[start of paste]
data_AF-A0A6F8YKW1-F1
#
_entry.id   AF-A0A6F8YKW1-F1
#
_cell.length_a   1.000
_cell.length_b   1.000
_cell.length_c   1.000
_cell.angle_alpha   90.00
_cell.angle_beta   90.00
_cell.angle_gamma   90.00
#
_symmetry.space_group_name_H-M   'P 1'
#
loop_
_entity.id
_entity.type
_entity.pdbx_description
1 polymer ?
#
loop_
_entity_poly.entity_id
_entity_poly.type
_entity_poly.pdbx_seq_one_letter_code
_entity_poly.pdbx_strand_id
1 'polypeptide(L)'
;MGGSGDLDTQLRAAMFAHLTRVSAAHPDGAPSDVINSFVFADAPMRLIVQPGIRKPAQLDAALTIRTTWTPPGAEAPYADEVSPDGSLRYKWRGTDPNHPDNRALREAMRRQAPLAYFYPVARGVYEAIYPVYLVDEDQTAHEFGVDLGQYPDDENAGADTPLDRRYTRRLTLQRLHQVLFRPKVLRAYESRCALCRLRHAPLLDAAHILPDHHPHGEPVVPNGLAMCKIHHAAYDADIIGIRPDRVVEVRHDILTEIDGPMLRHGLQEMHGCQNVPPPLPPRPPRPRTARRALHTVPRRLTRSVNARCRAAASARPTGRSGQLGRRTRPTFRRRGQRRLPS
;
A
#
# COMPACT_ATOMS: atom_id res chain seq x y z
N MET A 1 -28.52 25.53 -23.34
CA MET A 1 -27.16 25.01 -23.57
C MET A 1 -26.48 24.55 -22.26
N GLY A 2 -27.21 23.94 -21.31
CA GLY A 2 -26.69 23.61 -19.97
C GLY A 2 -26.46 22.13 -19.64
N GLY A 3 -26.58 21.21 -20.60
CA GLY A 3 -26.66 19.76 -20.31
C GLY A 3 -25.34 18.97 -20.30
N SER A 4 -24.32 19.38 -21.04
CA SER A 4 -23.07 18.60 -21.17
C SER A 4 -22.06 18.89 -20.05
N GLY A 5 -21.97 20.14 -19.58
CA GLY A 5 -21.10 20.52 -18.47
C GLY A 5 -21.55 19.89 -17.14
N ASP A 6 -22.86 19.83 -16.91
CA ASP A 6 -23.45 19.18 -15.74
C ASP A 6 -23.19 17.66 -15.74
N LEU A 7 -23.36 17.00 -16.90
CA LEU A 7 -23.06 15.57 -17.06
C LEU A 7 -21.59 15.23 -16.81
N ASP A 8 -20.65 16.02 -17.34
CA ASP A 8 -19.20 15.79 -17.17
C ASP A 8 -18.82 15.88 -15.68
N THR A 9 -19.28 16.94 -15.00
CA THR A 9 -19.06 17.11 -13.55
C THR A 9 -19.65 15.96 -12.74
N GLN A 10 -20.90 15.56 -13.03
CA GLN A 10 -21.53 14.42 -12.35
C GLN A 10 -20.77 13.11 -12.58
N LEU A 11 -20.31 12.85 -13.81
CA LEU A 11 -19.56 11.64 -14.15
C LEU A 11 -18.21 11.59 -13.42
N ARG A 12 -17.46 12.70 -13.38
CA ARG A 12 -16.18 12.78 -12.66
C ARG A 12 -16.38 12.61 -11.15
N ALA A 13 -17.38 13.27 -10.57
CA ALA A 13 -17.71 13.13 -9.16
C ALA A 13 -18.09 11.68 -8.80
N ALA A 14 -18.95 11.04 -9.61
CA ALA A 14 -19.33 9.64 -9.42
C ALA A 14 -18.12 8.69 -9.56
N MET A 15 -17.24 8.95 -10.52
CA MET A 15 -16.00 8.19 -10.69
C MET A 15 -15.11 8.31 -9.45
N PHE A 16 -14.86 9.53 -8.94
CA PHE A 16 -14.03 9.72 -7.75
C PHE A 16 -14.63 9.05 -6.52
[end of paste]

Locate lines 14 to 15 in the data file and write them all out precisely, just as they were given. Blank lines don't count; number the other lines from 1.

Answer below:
loop_
_entity.id